and beats, but there's a definite distinction when you hear a song from
Mazz and you hear a song from LIBERACION or BRONCO. And some of the
Tejanos are still a little backwards and haven't caught up with what
a cumbia is supposed to sound like. There's a Tejano-style cumbia and
there's a Mexican-style tropical cumbia, and if you play me two songs
I'll tell you who's who.
Q: Having said that, how did the Monterrey crowd respond to your music
when you appeared there in September?
A: It's always a little scary to go into a new territory where people
don't know you yet. Even though I was there with Selena before, and she
got the respect of the people from Monterrey, the people there are
really tough. So I was scared, even though I'd been part of the Dinos,
because I knew this time they were going to judge me as me. But the
people responded very, very, well and I was happy with everything.
I was astonished to find out how many people did remember me from the
Dinos. A lot of times, people really focus on the band's singer, and
if you ask 80% of the fans who's in the band, they don't know. So I
was surprised that they knew me and my material, even my material from
the prior albums that hadn't been released in Mexico.
Q: Does it seem like it's been over two years since "Como Nadie" was
A: It really hasn't. I was surprised at how well that album did.
We never thought that it would hold out for the two years and we didn't
plan it that way. It's just that A.B. was so busy with Selena and
everything that we never got around to my album. I'm glad that EMI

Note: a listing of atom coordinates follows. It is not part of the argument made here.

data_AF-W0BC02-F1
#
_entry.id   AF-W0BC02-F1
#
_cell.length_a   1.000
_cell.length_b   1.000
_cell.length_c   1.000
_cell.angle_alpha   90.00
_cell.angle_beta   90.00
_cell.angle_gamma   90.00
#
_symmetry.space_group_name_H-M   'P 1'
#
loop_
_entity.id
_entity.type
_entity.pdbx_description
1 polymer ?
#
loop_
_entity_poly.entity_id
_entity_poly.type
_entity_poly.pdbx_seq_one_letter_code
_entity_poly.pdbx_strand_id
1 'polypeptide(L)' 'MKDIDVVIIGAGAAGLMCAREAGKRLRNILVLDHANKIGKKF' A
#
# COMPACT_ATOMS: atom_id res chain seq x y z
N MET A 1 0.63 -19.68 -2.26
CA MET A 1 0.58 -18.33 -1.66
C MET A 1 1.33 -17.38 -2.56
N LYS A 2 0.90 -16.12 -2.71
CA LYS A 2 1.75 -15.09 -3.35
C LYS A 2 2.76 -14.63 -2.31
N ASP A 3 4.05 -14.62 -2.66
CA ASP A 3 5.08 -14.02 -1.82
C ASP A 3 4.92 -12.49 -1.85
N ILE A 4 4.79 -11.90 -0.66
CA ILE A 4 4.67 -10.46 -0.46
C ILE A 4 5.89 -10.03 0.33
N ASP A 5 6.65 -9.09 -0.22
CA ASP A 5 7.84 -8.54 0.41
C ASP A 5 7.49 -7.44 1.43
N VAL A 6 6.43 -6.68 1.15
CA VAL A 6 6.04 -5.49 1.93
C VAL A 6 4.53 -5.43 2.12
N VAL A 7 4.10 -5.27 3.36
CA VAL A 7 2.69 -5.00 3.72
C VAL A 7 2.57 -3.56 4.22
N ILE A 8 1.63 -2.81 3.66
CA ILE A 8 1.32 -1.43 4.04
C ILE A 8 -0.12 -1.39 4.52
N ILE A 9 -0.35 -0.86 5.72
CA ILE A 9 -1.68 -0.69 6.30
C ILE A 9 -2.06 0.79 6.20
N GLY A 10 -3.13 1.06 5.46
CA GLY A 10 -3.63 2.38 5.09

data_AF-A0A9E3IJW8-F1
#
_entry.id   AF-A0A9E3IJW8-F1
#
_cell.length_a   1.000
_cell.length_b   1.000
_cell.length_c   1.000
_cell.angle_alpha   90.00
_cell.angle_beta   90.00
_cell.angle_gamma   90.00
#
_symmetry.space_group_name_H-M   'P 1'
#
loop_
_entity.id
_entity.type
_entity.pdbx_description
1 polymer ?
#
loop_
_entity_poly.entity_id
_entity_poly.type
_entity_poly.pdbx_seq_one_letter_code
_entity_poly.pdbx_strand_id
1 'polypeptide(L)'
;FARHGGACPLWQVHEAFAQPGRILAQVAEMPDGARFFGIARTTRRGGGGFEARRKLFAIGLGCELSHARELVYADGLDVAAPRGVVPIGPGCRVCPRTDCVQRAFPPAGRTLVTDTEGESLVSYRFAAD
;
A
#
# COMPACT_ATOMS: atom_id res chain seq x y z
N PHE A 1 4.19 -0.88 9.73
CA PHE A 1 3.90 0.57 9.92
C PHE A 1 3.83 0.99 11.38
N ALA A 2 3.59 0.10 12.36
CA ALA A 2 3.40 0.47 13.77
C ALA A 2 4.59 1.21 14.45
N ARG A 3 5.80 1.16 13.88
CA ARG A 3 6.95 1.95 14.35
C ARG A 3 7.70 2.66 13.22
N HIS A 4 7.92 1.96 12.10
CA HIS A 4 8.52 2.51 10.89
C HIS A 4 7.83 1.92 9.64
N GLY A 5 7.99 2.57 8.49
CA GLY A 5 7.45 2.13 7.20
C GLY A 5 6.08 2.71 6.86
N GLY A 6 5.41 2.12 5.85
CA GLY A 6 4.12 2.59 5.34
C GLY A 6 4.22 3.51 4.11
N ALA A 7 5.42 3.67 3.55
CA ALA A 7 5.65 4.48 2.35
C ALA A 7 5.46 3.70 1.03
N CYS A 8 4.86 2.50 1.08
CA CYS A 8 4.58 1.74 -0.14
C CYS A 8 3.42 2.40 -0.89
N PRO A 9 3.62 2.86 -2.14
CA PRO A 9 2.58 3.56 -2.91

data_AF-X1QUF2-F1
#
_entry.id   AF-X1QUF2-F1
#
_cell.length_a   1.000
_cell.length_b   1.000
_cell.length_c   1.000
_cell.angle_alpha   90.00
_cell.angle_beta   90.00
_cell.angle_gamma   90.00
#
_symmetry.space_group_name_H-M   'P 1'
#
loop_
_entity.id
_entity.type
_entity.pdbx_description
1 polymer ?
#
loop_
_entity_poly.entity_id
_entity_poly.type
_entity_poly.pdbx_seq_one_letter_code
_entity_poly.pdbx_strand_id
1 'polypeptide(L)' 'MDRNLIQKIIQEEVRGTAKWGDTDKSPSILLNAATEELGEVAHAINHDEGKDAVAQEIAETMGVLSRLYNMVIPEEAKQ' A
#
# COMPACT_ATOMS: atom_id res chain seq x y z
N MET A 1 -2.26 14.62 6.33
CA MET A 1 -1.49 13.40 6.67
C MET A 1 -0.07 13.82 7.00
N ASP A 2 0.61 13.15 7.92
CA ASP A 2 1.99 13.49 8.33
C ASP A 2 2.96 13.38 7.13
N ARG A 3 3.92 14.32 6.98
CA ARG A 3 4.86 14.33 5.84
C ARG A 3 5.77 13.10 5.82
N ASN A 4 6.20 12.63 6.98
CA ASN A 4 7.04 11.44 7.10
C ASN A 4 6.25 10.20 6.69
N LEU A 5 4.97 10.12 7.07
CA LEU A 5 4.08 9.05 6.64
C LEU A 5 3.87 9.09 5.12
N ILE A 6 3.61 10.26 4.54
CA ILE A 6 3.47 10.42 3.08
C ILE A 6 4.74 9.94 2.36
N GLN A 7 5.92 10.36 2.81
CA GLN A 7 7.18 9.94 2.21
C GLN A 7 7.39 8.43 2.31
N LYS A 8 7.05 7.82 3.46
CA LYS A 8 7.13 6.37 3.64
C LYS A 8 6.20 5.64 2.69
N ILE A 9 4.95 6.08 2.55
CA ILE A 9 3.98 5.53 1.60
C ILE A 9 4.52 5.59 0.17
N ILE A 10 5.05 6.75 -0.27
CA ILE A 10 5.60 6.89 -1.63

kept pushing it and putting out singles on it and that radio stations
kept on playing them and listeners kept requesting them. It did survive
for two years, which I think is somewhat of an accomplishment. But I
don't consider myself one of the big bands--I'm somewhere in between,
so for an album to have that kind of longevity was really good. And it
just proves that there was a lot of good material on there.
Q: One of the big hits off "Como Nadie" was "Piquito De Oro."
Sometimes you've had to say what "Piquito De Oro" meant in English
("Single Girl") in order for the crowds to know what you're talking
about. Do you wish that more of your fans knew more Spanish?
A: Yeah, you always wish for that. We live here in the United States
and I think it's very unfortunate when parents don't take the time to
teach their kids Spanish. It's a great advantage being bilingual and
a lot of people don't realize that until it's too late. Growing up,
you think it's cool to speak English and you don't want to learn
Spanish, it's tacky. But when you get out into the working world and
out into college, that's when you realize you should have learned
Spanish, and learned it well. So I think it's a real shame when you're
a Mexican and you can't even speak your own language.
Q: On your new album, Jesse Garza of LOS AGUES plays the requinto.
A: A requinto is a type of guitar they use for trio music. Trio music
is three guitars--the bajo and requinto and the regular guitar and it's
a very traditional music in Mexico. One of the groups that's just
synonymous with it is LOS PANCHOS. And Los Agues are trying to
introduce trio music to the Tejano scene by combining trio and Tejano
together, which is a good idea. The requinto is the guitar that does
the melody and the licks as opposed to the rhythm section.
Q: What did you think you'd be doing for a living before you were